THE BIG ASK: Sheriff asks for 9FT, 4 PT employees, repairs in jail

Published 2:38 am Wednesday, April 24, 2019

In an effort to improve the Covington County Jail and overall working conditions in his department, Sheriff Blake Turman has requested additional personnel and facilities improvements that are estimated to cost more than $382,225.

In a letter addressed to the Covington County Commission presented Tuesday, Turman stated that he has assessed the Covington County Sheriff’s Department and included improvements to the jail.

“In order to serve our community better, and to improve better protection for our officers, I am requesting the following personnel positions and facility needs,” Turman said. “These are minimal requests that in no way reflect optimum working conditions. However, with these added employees and repairs, we can offer better service and protection to our community and offer a safer working environment for our employees.”

Turman is requesting four corrections officers and one repair and maintenance worker for the jail.

“In an effort to reduce damages to the jail, these requested personnel are necessary,” Turman said. “In recent times, the jail has exploded with inmates and services have been reduced because of it. Inmates have not been allowed to go outside for exercise because there is not enough staff to accommodate it. These inmates are having to stay isolated from the outside and the lack of fresh air has caused these inmates to be destructive. An idle mind being the devil’s playhouse is true.”

Sgt. Greg Jackson said that daily, there are five correction officers that take care of 150 men in the jail.

“I’m not talking about just in the block either,” Jackson said during a jail tour. “I’m talking about five guys in the whole jail. I came to help them last week and I honestly thought that I was going to die Tuesday night.”

Jail administrator Scott Racz said that out of the five corrections officers, two of them have responsibilities that take them out of the jail daily, leaving only three in the jail to maintain the inmates.

“We’ve got one that is in between here and the courthouse,” Racz said. “And then another one that takes inmates to the nurses or doctors, so they are usually not even here.”

Turman also requested four patrol deputies, two part-time process servers and two part-time deputies.

“In an effort to provide more coverage, better service and officer safety, it is requested that four positions be opened for patrol deputies,” Turman said. “These deputies will fill a void during the normal working day. The trouble areas within our county will be patrolled better with attention being paid to community policing in an effort to reduce crime. Drugs are an issue in Covington County, so these deputies will assist other deputies in the effort to intercept these drugs before they get into our schools and homes.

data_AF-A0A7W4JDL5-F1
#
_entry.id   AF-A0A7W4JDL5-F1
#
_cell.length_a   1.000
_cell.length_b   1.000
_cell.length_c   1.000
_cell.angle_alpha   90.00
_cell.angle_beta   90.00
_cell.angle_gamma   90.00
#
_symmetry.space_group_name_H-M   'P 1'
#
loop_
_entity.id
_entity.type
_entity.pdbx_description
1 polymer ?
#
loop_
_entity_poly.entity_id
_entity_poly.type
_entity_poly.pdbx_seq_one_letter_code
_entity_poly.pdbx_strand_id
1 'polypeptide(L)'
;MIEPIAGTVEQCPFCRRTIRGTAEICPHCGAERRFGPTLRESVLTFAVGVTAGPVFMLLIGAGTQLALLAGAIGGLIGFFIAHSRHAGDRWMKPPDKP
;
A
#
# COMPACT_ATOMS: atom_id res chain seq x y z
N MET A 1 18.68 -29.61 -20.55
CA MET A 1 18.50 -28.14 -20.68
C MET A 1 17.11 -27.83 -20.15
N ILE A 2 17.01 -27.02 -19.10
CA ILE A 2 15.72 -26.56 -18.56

“Police presence is the number one weapon used against crime. Covington County is more than 1,044 square miles in area,” he said. “At times, there is only one deputy available for the entire county. With the additional deputies, this would reduce response times and save lives.”

As for the jail facility, Turman said it’s in dire need of security and maintenance.

“Seventy percent of the inmate cells do not have proper lighting,” Turman said. “This causes difficulty for the corrections officers to observe within the cells. Also, there are numerous 110-volt electric outlets that have exposed wires and are a fire hazard. My recommendation is to disable these outlets and secure the holes to prevent a hiding area for contraband.”

Turman said that there are several other maintenance issues in the jail.

“There are several windows to the outside that are broken out and allow access to the outside of the building,” Turman said. “These windows must be secured to prevent contraband from coming into the jail. There are air vents in the kitchen and several other areas in the facility that are clogged and do not allow proper ventilation of air. These vents need to be replaced with a better vent that will allow it to be cleaned properly. There is a drainage issue in the kitchen and washroom and the fencing material that is located on the upper tier of the inmate area must be repaired or replaced. Inmates are using the metal to make weapons.”

Prisoner clothing is an ongoing issue, Turman said, as well as a shortage of mattresses.

“In the past, inmates were not made to reimburse the county for the damage that they caused to the standard issue mattress,” Turman said. “At this time, the majority of mattresses do not have covers therefore causing unsanitary conditions. The cost of 250 mattresses that would cover all inmates and a few extra would be $12,225.

“Also at this time, there is a shortage of clothing,” he said. “We are looking into different avenues to assess the shortages and we found that at the price of $20 per uniform. It would be adequate. With 500 uniforms of different sizes, it would be $10,000.”

Turman said that instead of being so hard on people, they need to unclench their fists and help them out.

“We are just trying to improve their living conditions,” Turman said. “You can say, ‘Oh, they’re in jail, what do they expect?’ Well, you know, they are human. Everybody in there has a momma and a daddy. They may not care anything about them, but they have a grandmomma or a granddaddy. We have got to stop being so hard on people.”

The Covington County Commission received the letter of the requests and told Turman that they will look over it and discuss it at the next scheduled meeting.